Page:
In response to Isaac's first post, I wrote:
Are you asking why theatre people don't "do something" about the current theatrical malaise? If that's the question (is it?), I guess I'd say that doing something requires a level of courage that is difficult for most people to consider. It means confronting the powers that be, rejecting the status quo and the chance of success that goes with it, and creating a new game with rules and purpose that appeal to you. It means determining what matters to you, and then making the commitment to following those things through. There is a wonderful book I've read of late called "The Answer to How Is Yes" that empowers you to undertake change by questioning yourself about what commitments you need to make, how you contribute to the problem, and what refusals you have postponed (among other things). Me? I'd start with the latter -- what refusals have you postponed? And go from there. I think you have to look inside first, rather than blaming "them." Anyway, get the book. It might start you moving forward.
Joshua James, perhaps not unreasonably given my past, felt that my comments were "confrontational." I replied:
I didn't mean them confrontationally. I am speaking from my own experience. It is very, very hard to go outside the established way of doing things. It is scary, and often isolates you. It requires a level of confidence that far exceeds the norm. Hell, it's hard enough just living within the norm! As you have oft noted, Joshua, I am a tenured professor. If, however, I find myself out of step with my departmental colleagues -- and I do -- and if I have an idea for a different way of approaching theatre education and/or the creation of theatre -- and I do -- doing something about it might require my giving up the security of my teaching position to either go somewhere else or leave academia entirely... I doubt whether I would have the courage to take those steps. To do so would require a level of courage far above the norm. I used to think I had that courage -- now, I don't know. The velvet cage. For professional artists who have far less security than I have, the dangers are even greater. When a part of your success depends not only on your talent, but on your positive acquaintances, it would be difficult, it would seem to me, to risk taking an oppositional stance against anybody or any institution because at some point they may have the power to hire. Better to "play well with others." I think Laura Axelrod, for instance, answered the question "what refusal have you postponed" not long ago -- she said no to blogging about theatre and writing plays. She faced her feelings, and instead of blaming others and asking them to change, she took responsibility for her own actions and made a choice. In essence, she removed herself from a community where she had some level of respect and admiration. On the other hand, I spend and inordinate amount of my personal energy bitching about my colleagues and the "way we do things" instead of doing something to change it within my own life. I have to take responsibility for my own actions instead of expecting my colleagues to change to the way I want them to be. Which doesn't mean shrugging, accepting the way things are, and learning to live with it. It means figuring out what matters to me and acting on that. I'm not trying to accuse anybody of cowardice. Not in the least.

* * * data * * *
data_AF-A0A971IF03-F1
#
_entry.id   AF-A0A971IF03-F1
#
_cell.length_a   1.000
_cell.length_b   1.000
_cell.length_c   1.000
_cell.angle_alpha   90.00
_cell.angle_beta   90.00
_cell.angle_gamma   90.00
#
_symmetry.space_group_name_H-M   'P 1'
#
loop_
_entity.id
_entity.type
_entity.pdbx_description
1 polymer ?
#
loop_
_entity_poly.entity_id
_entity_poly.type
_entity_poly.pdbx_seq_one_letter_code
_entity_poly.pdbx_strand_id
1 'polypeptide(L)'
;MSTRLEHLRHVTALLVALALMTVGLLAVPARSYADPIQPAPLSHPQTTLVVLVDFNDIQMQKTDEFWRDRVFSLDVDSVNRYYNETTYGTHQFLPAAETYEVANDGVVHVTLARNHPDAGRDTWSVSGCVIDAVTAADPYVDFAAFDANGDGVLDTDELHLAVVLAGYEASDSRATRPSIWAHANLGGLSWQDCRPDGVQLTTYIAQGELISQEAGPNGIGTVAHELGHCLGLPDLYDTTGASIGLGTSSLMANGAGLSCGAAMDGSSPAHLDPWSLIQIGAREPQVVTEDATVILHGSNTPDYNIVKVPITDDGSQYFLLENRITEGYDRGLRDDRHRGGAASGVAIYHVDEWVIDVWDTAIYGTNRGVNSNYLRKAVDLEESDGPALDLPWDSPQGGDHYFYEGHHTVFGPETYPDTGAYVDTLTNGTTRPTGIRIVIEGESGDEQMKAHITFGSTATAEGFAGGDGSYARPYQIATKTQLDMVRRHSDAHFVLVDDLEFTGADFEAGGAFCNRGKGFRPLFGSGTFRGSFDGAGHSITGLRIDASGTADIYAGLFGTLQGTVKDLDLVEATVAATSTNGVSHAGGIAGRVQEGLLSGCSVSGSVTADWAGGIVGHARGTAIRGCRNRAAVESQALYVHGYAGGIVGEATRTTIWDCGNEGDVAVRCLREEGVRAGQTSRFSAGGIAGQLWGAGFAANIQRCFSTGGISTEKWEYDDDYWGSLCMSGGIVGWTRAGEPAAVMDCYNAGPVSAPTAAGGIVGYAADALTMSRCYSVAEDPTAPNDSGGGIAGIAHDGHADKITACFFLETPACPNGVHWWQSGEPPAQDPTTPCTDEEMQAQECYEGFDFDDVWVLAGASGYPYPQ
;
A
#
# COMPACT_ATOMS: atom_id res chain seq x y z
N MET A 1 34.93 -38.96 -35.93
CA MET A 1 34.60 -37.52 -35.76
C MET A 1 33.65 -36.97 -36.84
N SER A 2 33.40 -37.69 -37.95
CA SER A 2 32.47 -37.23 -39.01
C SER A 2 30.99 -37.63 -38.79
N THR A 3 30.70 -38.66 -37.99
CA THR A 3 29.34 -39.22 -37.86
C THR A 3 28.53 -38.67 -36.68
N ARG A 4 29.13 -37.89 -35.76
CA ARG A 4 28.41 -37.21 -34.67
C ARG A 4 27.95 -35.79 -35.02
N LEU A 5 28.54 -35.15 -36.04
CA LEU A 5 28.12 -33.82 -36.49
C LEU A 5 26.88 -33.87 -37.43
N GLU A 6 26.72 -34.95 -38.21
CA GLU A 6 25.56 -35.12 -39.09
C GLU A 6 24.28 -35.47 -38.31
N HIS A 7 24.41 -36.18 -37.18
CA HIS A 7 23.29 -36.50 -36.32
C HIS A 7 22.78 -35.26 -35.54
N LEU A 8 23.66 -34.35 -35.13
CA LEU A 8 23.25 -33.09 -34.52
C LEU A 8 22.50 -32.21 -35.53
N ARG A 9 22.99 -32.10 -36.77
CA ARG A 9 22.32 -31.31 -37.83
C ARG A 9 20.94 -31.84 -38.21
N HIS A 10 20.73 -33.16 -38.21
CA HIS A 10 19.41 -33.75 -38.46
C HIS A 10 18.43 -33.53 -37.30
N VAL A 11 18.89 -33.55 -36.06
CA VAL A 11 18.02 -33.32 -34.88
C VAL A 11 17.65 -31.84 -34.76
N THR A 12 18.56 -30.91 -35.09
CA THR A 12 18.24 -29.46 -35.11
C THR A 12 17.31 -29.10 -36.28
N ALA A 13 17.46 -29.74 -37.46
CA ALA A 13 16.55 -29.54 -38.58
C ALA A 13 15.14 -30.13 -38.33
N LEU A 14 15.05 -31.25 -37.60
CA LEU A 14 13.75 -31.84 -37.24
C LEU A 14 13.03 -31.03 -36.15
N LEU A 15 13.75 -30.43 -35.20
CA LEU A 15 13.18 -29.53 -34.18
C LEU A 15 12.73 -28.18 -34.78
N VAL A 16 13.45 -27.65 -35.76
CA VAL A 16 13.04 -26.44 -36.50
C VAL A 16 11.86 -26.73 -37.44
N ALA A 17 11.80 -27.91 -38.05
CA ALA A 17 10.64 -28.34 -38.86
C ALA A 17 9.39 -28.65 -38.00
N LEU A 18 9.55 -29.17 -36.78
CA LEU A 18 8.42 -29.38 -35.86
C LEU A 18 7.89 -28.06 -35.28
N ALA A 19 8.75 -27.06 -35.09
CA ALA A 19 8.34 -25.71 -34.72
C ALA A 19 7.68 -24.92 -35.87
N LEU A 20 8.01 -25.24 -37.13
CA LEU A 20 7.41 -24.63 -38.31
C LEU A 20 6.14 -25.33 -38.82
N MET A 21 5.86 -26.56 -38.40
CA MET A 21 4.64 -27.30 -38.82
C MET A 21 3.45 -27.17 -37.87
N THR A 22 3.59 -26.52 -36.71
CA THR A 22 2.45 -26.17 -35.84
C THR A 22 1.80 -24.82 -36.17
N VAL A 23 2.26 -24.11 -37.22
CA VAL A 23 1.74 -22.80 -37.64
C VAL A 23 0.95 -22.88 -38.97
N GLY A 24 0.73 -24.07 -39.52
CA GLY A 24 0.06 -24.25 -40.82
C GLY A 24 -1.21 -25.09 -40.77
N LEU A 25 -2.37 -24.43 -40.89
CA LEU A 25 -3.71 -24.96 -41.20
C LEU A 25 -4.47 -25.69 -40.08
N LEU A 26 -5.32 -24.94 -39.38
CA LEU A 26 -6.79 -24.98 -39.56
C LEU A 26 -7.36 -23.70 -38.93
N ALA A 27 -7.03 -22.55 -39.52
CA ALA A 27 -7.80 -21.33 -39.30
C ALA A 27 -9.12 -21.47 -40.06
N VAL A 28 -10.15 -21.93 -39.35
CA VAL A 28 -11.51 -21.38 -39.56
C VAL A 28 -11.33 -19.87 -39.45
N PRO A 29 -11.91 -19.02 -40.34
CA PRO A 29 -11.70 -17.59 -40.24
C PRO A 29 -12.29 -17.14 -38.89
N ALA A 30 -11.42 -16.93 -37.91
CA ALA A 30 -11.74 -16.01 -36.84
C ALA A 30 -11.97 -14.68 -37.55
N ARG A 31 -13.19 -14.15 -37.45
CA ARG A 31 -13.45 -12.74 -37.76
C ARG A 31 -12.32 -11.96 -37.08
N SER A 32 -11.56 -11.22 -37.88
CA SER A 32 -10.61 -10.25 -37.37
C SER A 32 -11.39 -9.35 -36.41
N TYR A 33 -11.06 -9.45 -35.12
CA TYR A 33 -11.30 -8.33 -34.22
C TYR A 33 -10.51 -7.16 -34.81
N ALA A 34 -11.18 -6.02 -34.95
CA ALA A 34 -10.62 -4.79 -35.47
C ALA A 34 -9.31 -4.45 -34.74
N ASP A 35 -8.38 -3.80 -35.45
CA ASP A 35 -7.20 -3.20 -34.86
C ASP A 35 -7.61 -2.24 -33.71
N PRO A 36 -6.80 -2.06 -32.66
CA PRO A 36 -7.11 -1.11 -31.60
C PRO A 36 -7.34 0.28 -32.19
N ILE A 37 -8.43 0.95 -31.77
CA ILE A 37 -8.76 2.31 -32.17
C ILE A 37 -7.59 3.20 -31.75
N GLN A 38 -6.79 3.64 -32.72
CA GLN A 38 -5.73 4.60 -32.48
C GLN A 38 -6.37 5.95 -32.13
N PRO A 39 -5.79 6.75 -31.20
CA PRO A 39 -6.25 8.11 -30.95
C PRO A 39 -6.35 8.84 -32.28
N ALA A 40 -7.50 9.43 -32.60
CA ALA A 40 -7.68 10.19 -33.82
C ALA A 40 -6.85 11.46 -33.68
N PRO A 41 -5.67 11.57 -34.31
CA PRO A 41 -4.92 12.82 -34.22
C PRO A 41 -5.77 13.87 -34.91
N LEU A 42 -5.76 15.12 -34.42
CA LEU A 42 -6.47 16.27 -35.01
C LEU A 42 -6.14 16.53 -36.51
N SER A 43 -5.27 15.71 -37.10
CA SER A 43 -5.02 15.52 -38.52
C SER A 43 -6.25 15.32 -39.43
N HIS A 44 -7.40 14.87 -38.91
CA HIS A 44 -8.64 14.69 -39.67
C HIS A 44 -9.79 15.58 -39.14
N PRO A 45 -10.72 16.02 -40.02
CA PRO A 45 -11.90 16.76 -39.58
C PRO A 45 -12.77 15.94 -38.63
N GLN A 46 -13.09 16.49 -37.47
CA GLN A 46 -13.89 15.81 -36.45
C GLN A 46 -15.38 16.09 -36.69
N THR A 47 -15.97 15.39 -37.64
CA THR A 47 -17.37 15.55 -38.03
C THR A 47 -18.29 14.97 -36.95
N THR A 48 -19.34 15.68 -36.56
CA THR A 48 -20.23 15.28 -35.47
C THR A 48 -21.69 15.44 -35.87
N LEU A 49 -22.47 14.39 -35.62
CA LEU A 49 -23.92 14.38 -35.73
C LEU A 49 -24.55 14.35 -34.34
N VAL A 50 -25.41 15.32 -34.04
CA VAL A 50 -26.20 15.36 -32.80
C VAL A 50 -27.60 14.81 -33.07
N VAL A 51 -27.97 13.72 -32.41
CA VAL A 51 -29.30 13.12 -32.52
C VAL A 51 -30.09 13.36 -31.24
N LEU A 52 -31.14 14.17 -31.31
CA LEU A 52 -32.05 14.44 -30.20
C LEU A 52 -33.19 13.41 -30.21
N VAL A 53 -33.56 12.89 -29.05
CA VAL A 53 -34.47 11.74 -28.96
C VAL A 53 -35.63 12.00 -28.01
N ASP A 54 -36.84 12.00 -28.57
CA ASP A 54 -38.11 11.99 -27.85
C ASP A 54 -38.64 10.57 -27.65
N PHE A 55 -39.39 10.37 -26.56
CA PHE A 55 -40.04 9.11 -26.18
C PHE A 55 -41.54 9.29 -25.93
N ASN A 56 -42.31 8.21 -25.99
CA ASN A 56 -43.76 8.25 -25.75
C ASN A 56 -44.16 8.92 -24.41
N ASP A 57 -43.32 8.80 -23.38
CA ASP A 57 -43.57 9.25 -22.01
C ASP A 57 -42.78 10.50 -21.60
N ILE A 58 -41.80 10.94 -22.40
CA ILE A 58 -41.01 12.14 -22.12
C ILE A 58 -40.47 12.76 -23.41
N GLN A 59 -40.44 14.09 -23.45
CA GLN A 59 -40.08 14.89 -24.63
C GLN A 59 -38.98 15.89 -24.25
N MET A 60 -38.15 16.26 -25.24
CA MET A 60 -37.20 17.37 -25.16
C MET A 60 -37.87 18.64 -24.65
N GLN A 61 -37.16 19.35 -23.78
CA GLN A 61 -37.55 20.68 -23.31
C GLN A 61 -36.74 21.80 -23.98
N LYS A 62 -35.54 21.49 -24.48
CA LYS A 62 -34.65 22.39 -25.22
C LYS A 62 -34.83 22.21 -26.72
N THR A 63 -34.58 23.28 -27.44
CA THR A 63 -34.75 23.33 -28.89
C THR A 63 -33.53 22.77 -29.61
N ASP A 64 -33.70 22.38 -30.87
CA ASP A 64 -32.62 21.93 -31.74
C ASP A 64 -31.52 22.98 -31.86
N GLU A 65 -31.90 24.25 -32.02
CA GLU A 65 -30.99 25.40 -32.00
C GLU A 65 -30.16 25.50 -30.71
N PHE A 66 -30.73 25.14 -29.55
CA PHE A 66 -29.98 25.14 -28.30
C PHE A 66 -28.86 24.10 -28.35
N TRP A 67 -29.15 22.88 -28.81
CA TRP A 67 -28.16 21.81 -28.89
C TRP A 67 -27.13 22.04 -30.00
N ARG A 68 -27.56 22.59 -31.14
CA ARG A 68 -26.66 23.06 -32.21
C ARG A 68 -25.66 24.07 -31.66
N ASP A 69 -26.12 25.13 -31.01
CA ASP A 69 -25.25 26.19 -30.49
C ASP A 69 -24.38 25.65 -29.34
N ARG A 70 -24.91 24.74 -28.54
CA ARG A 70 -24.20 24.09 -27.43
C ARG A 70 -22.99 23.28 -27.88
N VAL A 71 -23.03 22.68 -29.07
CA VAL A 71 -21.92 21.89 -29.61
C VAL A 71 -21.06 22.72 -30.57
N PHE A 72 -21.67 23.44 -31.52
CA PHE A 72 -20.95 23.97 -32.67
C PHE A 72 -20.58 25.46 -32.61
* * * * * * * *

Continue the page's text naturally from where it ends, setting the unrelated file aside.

Joshua pointed out that it takes great courage to pursue a dream, and he knows many people who have that courage. So true! I replied: